Chapters IV and V discuss two shafts with refreshing brevity. Shaft SH D1A/01 is about 20cm deep, lined with poros stone, and used between ca. 475-425 B.C. before it was filled in. Its purpose is unknown and the pottery is too fragmented for a deposit. Shaft SH D1C/02-03 belonged to an unknown structure. Its walls were lined with bricks, the bottom paved; it cannot be connected with a building. The filling contained fragments of Athenian black painted pottery, Aeginetan cookery ware, Corinthian vases, transport amphorae and terracottas.

Well FG 306 was part of a house probably used for the cult in the sanctuary and it contained a number of complete vases used for dining and drinking, including Athenian black painted vases, Corinthian cups and small oinochoes, and two Laconian kraters as well as numerous Aeginetan cookery pots dated around 450-420 B.C. The lack of containers of water suggests that the well dried up very quickly after it had been built.

Well F 12 (FG 300) is not well documented and parts of the finds appear to have been discarded. Fragments include specimens from the geometric period, and containers made in Aegina, East Greece, Corinth, and Laconia. It was probably filled in towards the end of the 5th century B.C.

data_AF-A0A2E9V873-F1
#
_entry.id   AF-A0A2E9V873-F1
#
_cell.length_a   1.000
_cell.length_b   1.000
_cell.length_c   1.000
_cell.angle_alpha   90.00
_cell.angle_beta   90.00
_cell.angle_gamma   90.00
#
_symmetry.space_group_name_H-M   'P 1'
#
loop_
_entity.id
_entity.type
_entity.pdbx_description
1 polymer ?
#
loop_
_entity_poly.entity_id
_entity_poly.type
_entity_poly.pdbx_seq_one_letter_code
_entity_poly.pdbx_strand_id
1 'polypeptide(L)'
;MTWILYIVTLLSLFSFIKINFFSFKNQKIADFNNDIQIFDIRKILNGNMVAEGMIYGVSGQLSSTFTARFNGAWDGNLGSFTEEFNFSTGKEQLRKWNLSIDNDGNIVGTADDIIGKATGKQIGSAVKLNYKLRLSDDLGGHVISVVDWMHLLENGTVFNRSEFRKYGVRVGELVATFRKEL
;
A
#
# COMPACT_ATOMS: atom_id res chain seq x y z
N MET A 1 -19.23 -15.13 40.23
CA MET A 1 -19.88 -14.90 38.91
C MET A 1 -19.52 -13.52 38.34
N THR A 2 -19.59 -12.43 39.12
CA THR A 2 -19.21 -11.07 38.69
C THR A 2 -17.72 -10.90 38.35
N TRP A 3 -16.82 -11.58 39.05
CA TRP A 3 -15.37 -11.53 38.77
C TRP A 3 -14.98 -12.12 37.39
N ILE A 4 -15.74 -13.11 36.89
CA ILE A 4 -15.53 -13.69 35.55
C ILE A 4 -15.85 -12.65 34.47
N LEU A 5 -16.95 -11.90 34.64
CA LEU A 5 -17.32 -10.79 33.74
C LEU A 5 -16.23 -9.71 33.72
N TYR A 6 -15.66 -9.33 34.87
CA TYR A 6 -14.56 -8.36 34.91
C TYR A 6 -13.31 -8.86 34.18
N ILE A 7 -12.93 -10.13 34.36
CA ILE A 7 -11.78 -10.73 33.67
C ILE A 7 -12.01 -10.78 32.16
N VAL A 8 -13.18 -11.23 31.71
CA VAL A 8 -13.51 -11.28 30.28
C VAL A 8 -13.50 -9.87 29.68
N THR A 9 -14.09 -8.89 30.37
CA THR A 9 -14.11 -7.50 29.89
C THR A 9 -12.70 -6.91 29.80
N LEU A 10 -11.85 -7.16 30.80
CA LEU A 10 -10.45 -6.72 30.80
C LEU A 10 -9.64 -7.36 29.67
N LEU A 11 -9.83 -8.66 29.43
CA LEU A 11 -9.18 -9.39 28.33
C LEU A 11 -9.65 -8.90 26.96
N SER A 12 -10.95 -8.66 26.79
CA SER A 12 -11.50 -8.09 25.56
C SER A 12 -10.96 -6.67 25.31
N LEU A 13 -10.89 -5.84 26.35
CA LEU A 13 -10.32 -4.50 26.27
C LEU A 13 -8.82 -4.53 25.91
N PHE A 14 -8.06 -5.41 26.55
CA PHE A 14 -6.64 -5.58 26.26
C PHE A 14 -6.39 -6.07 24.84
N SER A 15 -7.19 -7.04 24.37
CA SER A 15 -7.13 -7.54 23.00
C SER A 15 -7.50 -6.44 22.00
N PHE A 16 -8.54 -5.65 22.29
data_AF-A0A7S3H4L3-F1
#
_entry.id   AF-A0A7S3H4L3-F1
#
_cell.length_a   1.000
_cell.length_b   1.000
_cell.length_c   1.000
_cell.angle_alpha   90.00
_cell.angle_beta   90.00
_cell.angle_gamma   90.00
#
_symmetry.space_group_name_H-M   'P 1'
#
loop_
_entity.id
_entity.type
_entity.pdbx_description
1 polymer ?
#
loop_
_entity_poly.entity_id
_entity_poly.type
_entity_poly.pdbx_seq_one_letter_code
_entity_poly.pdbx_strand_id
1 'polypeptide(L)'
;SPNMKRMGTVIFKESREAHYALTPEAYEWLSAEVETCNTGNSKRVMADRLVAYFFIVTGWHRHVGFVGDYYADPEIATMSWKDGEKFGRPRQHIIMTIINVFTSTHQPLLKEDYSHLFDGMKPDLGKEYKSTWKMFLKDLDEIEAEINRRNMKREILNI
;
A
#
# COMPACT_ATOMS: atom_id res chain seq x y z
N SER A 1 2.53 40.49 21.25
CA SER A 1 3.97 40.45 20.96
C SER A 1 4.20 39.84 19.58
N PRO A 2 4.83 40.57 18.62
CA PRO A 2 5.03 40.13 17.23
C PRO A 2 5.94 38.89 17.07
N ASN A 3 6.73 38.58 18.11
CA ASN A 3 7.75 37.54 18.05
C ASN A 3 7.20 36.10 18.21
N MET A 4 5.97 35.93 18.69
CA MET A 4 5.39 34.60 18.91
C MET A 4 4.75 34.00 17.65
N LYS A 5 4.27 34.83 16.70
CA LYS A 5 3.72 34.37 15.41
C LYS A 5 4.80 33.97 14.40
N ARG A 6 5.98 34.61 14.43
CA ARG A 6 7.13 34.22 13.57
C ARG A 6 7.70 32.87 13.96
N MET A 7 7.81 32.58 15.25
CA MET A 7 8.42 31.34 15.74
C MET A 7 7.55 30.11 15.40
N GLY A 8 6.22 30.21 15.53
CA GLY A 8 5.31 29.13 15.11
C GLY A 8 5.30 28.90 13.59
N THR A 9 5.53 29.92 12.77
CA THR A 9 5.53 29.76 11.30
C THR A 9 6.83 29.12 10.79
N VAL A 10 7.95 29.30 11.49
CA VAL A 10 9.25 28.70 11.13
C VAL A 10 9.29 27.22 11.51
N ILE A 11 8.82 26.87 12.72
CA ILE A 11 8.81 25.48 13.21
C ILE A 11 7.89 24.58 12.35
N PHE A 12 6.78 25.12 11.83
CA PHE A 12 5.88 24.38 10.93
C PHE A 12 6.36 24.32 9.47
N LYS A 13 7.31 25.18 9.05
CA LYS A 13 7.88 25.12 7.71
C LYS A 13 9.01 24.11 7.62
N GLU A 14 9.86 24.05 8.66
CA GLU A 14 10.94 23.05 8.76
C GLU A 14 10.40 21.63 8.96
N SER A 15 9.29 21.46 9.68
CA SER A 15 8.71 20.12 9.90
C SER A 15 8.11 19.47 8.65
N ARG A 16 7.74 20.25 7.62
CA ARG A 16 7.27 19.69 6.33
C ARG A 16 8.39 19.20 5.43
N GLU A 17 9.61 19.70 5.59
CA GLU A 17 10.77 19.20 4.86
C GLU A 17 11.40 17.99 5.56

Well 21C/14 is 15m deep. Relatively complete water containers at its bottom show that it was in use until around 430 B.C. and slowly filled in thereafter. Finds include Aeginetan cookery wares and transport amphorae.

Chapter IX is written in English and dedicated to an exhaustive, exemplary and detailed analysis of the clay of the classical finds from the Kolonna sanctuary, describing colour, consistency and mineral composition of all the wares. The findings are supported by clear tables and photographs of the microscopic analysis.

Chapter X reverts to German and discusses production, shapes (among them chytriai, leopades, sieves and others), technique, and distribution of Aeginetan cooking ware largely neglected by scholars, containers made for cooking, frying, baking and storage. Production of widely exported cooking wares began in the 7th century, although there may have been Middle Bronze Age antecedents. They flourished from the late 6th to the late 5th centuries, when a range of other shapes was added to the traditional one-handled chytriai, and declined sharply towards the end of the fifth century, probably after the Athenian occupation of the island. In the fourth century production began again, but Aeginetan workshops produced fewer vases and shapes, which were not widely exported. Final observations cover historical and economic contexts.

Appendix I deals with a misfired batch of cooking wares fused in a kiln, thereby providing clues to the production and the shapes fired in one process. Appendix II covers the literary evidence on Aeginetan pottery: Herodotus (V.81-88) mentions a decree that forced Athenian women to use only Aeginetan drinking vessels in the sanctuary.

In summary, this is a highly useful and exceptionally well presented volume on an important Classical site and on hitherto little studied Aeginetan coarse wares.